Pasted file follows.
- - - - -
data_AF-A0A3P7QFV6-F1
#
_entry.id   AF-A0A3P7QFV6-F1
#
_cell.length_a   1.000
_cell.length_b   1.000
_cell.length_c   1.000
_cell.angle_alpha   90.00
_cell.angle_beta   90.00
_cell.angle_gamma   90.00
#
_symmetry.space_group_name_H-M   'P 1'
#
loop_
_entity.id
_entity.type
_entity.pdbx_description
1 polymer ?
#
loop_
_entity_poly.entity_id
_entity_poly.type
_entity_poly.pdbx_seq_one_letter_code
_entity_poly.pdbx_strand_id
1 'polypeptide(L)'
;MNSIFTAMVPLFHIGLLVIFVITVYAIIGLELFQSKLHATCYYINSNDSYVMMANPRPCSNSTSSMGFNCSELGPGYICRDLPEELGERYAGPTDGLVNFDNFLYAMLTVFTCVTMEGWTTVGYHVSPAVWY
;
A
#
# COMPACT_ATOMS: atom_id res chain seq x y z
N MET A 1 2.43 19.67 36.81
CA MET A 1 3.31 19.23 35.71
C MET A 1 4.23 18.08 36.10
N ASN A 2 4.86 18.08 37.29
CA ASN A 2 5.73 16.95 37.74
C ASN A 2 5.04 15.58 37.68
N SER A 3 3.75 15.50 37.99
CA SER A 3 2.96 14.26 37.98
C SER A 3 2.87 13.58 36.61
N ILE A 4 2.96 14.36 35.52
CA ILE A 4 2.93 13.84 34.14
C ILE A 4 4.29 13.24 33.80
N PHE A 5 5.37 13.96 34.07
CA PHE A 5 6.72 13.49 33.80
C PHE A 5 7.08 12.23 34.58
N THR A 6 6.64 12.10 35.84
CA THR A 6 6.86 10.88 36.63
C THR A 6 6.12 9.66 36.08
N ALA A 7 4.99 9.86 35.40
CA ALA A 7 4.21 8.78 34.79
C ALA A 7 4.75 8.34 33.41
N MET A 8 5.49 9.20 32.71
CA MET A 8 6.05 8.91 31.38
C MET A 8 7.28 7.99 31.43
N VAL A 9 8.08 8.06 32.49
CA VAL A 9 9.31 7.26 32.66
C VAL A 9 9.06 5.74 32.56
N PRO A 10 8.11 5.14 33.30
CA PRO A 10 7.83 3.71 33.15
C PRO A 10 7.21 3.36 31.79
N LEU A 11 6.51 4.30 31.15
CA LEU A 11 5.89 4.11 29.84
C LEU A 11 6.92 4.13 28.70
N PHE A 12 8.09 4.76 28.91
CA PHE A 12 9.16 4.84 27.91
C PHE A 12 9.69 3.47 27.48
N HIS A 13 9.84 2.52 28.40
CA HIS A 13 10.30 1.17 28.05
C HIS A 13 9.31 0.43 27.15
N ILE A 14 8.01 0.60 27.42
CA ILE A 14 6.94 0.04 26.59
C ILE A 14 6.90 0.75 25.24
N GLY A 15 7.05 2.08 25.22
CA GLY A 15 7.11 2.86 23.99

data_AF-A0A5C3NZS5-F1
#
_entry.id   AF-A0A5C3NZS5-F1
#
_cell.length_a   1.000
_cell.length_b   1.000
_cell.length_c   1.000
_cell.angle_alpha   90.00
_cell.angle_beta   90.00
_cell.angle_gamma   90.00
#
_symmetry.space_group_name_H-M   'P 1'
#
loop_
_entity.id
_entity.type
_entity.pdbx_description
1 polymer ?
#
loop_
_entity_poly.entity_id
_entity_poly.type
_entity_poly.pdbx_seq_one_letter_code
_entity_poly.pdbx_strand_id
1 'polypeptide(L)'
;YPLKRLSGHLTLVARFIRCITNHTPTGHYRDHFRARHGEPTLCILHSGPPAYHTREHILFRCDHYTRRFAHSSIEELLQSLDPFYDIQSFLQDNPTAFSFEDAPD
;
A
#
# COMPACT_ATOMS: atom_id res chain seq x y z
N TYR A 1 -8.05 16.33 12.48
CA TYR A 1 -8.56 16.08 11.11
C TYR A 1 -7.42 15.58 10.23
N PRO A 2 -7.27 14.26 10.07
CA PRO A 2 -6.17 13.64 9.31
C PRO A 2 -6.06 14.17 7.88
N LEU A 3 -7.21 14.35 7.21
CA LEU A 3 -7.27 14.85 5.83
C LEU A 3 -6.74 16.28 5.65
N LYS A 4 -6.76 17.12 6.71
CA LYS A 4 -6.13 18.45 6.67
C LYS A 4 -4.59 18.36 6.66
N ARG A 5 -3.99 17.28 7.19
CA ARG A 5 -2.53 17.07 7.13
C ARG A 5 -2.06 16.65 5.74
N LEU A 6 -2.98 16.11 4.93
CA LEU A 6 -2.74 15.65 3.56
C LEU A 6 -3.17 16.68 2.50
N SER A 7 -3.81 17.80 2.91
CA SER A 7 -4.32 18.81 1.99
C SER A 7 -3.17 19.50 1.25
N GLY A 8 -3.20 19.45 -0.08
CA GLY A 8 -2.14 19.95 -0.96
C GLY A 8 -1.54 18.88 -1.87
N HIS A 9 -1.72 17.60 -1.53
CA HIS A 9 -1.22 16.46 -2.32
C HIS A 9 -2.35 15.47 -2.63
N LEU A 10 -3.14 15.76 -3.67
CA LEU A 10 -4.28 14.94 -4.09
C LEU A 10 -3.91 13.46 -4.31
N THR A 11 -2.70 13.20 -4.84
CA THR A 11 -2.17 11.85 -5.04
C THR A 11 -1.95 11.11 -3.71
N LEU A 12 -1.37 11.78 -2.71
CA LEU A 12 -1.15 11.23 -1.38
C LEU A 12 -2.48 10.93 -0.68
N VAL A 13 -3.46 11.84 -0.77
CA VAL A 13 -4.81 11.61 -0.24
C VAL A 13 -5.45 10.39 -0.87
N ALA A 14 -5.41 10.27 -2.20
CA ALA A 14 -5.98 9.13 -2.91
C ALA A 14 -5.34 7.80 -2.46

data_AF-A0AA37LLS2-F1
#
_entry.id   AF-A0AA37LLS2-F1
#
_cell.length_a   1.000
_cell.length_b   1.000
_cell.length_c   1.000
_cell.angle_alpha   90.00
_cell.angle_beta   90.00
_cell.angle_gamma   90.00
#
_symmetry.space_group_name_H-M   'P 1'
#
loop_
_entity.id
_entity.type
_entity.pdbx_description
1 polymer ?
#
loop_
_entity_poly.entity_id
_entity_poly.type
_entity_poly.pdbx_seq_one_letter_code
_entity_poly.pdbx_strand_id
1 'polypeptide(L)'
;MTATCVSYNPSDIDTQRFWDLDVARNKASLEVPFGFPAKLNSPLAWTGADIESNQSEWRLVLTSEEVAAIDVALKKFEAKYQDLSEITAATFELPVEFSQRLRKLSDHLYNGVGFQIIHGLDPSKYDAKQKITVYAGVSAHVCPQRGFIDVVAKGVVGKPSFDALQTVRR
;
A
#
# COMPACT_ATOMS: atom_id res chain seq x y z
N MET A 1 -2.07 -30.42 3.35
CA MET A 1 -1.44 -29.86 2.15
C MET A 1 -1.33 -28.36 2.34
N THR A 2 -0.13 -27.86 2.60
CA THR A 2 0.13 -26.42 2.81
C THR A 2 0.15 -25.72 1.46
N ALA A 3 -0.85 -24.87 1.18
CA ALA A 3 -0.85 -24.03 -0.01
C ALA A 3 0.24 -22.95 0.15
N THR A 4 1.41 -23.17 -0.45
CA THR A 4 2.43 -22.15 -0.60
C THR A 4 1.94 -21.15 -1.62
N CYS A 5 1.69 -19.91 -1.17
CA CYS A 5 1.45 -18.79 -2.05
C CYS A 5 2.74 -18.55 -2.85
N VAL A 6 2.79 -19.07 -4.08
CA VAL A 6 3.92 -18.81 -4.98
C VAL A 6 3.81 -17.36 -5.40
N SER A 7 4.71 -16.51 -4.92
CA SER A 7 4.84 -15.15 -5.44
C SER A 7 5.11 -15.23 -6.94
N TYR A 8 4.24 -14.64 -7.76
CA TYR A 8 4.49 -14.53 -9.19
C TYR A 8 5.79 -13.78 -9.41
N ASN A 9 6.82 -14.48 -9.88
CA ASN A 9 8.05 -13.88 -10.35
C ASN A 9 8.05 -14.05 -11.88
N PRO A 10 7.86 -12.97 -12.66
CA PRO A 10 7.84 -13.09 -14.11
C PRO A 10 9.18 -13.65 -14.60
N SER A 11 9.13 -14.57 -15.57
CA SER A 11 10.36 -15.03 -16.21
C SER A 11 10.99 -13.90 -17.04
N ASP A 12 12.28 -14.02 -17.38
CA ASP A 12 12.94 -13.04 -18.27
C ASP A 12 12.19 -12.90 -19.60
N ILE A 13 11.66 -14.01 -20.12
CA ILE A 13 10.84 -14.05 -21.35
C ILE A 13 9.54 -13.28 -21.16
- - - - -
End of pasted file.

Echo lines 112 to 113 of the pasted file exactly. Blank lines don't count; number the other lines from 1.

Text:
CA LEU A 3 -7.27 14.85 5.83
C LEU A 3 -6.74 16.28 5.65